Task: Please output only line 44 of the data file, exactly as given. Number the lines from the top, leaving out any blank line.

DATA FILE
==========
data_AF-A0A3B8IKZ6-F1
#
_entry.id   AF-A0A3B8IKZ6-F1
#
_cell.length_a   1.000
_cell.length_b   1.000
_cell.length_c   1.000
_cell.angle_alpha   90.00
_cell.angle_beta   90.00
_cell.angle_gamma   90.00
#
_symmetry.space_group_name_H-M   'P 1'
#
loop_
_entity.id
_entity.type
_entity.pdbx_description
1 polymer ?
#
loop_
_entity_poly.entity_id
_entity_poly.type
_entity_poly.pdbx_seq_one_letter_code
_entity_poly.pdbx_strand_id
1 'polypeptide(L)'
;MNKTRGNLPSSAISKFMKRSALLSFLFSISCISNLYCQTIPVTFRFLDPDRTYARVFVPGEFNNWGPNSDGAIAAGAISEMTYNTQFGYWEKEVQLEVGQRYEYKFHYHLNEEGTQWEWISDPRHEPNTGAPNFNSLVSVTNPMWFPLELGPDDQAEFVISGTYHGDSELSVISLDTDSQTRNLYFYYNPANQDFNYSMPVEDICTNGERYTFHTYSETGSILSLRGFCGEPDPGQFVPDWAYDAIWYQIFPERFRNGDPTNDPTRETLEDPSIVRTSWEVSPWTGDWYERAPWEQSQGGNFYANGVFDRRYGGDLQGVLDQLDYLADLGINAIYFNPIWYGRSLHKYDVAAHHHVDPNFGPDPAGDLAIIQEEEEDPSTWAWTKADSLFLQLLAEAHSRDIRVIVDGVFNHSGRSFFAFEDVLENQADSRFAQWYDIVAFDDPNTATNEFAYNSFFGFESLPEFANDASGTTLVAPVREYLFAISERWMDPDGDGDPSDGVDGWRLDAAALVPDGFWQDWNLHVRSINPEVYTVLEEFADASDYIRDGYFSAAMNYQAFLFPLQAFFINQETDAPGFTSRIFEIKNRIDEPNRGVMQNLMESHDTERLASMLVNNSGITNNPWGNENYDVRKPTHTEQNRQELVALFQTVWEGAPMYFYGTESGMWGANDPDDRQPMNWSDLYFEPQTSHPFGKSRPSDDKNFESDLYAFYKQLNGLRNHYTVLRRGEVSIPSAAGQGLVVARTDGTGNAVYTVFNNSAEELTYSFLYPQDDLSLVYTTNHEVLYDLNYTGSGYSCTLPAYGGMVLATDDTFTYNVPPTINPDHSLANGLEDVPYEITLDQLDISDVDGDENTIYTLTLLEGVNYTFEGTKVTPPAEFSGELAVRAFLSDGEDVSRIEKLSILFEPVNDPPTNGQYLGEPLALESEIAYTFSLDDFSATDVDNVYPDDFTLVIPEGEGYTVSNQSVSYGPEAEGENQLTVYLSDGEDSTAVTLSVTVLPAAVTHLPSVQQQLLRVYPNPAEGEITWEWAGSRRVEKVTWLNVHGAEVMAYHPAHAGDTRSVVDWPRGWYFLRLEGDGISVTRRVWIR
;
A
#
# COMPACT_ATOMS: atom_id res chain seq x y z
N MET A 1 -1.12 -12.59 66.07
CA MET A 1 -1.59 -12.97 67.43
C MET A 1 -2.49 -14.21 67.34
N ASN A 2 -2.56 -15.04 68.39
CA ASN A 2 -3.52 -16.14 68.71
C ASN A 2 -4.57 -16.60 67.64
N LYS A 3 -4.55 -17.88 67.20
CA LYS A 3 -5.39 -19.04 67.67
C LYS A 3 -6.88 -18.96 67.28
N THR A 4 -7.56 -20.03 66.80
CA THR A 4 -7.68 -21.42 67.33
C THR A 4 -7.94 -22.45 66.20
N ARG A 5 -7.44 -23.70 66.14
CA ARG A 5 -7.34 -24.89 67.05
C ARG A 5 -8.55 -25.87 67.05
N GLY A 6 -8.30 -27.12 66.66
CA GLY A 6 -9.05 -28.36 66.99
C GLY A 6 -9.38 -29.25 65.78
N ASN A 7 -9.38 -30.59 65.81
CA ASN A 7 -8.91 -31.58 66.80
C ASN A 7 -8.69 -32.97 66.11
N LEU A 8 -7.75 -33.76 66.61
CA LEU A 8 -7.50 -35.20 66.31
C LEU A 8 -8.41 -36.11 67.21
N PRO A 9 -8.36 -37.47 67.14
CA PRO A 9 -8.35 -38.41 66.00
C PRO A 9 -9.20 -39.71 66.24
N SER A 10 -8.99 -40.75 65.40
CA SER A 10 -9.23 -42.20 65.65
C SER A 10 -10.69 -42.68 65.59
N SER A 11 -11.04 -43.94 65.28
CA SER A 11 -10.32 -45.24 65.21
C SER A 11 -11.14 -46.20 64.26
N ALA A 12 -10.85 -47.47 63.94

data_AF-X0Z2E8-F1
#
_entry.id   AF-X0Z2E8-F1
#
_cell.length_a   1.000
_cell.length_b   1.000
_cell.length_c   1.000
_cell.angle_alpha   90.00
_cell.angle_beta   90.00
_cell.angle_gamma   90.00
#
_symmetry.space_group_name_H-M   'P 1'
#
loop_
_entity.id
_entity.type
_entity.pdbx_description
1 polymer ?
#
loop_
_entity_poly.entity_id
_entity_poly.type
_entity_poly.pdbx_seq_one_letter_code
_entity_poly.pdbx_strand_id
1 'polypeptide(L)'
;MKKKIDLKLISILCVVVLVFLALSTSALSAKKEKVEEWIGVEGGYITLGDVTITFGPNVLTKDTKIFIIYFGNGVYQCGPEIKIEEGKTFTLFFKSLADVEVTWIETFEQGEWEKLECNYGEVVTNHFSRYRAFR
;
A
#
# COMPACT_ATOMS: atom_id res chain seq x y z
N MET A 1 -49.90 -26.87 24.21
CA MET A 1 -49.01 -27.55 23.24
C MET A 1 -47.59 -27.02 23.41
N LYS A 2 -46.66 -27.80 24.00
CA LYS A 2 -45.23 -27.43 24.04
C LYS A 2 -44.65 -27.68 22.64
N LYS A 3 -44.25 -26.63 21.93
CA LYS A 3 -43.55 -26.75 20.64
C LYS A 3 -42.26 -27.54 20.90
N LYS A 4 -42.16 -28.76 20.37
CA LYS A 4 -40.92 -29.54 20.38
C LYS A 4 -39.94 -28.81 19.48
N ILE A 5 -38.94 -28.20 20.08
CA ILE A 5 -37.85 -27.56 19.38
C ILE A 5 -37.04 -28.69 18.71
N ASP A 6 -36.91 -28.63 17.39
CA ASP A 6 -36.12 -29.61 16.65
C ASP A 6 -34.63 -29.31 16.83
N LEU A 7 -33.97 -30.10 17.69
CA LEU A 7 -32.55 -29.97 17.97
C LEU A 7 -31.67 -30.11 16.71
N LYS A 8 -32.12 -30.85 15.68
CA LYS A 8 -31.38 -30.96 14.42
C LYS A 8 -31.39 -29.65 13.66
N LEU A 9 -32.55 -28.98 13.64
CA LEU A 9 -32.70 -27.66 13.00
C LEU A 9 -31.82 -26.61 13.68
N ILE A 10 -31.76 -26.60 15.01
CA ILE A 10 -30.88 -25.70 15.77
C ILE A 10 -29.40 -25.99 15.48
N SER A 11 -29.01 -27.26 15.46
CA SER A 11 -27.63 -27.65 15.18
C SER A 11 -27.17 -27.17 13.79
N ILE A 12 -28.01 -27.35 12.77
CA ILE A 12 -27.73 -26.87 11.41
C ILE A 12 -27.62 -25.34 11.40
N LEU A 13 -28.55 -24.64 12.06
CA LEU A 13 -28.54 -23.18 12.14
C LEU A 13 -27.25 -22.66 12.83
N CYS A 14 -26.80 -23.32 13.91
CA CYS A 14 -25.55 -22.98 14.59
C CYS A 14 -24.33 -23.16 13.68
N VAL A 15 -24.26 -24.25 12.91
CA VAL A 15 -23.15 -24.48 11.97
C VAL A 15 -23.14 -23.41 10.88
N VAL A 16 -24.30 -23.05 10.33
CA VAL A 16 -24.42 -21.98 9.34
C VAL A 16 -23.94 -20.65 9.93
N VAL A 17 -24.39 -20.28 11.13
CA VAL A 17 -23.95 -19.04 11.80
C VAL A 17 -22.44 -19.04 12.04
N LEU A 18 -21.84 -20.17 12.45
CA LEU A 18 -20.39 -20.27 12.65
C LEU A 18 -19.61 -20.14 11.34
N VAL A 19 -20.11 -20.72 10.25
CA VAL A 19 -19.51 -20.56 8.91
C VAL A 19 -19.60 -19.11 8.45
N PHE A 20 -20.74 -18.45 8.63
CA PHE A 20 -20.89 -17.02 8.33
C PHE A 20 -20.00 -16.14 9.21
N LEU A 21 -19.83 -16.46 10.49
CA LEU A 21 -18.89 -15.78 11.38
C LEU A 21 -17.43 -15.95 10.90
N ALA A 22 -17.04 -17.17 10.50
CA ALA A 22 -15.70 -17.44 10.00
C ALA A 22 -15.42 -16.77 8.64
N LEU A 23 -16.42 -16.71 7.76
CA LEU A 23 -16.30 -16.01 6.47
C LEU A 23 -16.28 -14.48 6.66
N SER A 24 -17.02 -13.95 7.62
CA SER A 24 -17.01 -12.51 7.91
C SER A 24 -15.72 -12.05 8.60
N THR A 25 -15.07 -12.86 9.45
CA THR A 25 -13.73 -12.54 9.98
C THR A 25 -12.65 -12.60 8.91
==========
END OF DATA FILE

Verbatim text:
CA ARG A 5 -7.34 -24.89 67.05